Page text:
The news cycle is a buzz with news of the Sony hack. As I learn more, I can only shake my head in disbelief at two things: 1. the lack of understanding of basic technology concepts and the lazy attempts to coherently explain how IT security and breaches actually work by the media, and 2. Sony was so careless and cavalier in regards to its IT security measures put in place.
Here’s a quick rundown of what I’ve been able to dig up on the Sony breach.
Sony’s Audit Report According to Our Analysis
|Sony’s Exception||Proof||Suggested Control Improvement|
|1. The Executive Director of Information Security talked auditors out of reporting failures related to Access Controls which would have resulting in Sony being SOX (Sarbanes-Oxley) incompliant in 2005.||Link||Don’t brag about your weak IS controls on a major publication.|
|2. Password policy was notoriously weak at Sony and even stored unencrypted on corporate network in Microsoft Word documents. To add insult to injury, the file was even called passwords.doc.||Link||Password Policies: A strong, enterprise wide password policy should be enforced, incorporating the following elements:|
|3. Data retention policies were apparently non-existent as the company was found to be housing Social Security numbers, salary information, healthcare files, and more.||Link||Data Retention Policies: A compelling organizational requirement or business justification must be established for the retention of any potentially sensitive information or Personally Identifiable Information (PII).|
|4. Data was not properly categorized, secured and encrypted. Intruders simply waltzed into Sony’s internal network and began lifting sensitive data. Had data been properly categorized and sensitive data been encrypted, it would have greatly reduced the impact of the breach.||Link||Information Classification Policies: At a minimum, the following elements should be included in an information classification policy and enforced.|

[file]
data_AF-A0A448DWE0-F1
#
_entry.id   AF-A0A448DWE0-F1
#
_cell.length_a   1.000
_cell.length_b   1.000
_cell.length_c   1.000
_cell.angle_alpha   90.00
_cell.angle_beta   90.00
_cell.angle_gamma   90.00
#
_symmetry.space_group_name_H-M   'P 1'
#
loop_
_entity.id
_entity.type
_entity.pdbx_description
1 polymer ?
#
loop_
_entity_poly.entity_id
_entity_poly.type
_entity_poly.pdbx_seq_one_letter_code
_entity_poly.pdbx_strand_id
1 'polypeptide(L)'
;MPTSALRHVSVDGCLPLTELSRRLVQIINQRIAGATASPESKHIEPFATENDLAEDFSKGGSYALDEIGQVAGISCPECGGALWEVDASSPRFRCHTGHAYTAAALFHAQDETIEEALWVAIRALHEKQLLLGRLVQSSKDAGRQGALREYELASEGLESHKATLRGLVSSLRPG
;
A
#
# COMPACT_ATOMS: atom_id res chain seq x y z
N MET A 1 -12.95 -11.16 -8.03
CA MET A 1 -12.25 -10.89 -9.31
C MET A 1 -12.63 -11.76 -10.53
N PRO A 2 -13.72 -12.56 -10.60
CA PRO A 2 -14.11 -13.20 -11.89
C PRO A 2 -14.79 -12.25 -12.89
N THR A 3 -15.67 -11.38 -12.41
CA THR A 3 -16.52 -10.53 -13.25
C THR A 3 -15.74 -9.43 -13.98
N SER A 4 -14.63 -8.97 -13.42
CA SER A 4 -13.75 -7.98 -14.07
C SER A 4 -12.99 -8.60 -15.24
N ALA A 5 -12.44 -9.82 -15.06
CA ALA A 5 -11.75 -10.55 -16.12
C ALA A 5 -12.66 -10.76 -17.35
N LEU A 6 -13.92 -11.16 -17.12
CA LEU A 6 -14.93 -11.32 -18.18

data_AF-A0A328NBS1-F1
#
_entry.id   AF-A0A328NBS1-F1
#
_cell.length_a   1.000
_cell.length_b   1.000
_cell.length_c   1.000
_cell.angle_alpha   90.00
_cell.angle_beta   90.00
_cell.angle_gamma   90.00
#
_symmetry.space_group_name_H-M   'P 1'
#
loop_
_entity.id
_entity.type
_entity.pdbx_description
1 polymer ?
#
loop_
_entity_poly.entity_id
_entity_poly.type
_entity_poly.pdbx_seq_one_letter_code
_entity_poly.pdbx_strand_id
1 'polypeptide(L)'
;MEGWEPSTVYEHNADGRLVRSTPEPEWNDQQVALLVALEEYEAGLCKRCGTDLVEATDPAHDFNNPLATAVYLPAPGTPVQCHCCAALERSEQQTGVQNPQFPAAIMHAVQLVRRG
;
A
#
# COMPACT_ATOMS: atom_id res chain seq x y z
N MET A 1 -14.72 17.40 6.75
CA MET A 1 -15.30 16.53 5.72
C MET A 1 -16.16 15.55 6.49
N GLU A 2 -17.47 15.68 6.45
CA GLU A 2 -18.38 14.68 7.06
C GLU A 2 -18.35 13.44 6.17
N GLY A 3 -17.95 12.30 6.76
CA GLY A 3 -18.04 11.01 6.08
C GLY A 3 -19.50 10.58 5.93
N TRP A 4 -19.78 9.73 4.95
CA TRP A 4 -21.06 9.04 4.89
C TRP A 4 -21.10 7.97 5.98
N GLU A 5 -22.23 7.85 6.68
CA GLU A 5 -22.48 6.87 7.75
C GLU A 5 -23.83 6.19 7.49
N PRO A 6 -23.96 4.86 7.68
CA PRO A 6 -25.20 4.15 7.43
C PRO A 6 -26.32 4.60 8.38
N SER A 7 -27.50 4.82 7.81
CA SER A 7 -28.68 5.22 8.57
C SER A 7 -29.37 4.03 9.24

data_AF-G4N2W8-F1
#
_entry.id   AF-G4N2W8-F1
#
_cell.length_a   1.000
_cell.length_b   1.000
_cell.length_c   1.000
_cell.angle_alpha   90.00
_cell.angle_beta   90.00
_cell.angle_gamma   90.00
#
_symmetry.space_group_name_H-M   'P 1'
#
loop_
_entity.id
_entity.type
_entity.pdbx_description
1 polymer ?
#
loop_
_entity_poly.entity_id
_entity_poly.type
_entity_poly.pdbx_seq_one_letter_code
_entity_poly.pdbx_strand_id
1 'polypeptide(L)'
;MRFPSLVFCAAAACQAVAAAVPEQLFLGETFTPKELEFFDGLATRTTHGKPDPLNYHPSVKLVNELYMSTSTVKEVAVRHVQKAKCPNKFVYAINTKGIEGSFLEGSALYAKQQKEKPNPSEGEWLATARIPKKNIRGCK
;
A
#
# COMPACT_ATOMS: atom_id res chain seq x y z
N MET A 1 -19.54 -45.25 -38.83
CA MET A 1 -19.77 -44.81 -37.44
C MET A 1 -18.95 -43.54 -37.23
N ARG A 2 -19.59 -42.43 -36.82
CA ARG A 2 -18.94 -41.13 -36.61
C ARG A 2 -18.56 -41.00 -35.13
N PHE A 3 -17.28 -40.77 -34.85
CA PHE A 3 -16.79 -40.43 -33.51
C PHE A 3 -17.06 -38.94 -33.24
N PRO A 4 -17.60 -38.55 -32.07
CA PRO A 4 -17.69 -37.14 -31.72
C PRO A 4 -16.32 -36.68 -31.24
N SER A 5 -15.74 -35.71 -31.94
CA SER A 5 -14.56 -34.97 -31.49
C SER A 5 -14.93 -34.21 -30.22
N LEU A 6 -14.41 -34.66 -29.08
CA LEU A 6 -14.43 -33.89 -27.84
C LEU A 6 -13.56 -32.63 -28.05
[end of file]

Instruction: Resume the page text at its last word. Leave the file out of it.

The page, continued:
|5. Sony’s own employees complained that the network security was a joke. When your own staff and internal experts are telling you there is an issue, it is the responsibility of senior management to respond.||Link||Whistle-blower reporting: Employees can report security incidents to information security managment via hotline, email, or the IS web portal available on the company intranet.|
|6. Sony is in the process of cutting 5,000 workers. This will surely result in a few disgruntled employees here and there. Couple disgruntled employees with weak logical access and password policies and you have a recipe for disaster.||Link||Logical Access Controls: At a minimum, the following elements should be included in a logical access policy and enforced.|
Sony’s leadership is on the record as not respecting the recommendations of either internal or external auditors. The organization displayed cavalier and careless behavior and broke many of the simplest rules of IT Security, leading to a breach that was probably in reality, nothing more than an intruder walking through a door that was never locked in the first place.
Basic safeguards and following simple best practices can go a long way in safeguarding the reputation of your organization and protecting the private information of countless victims.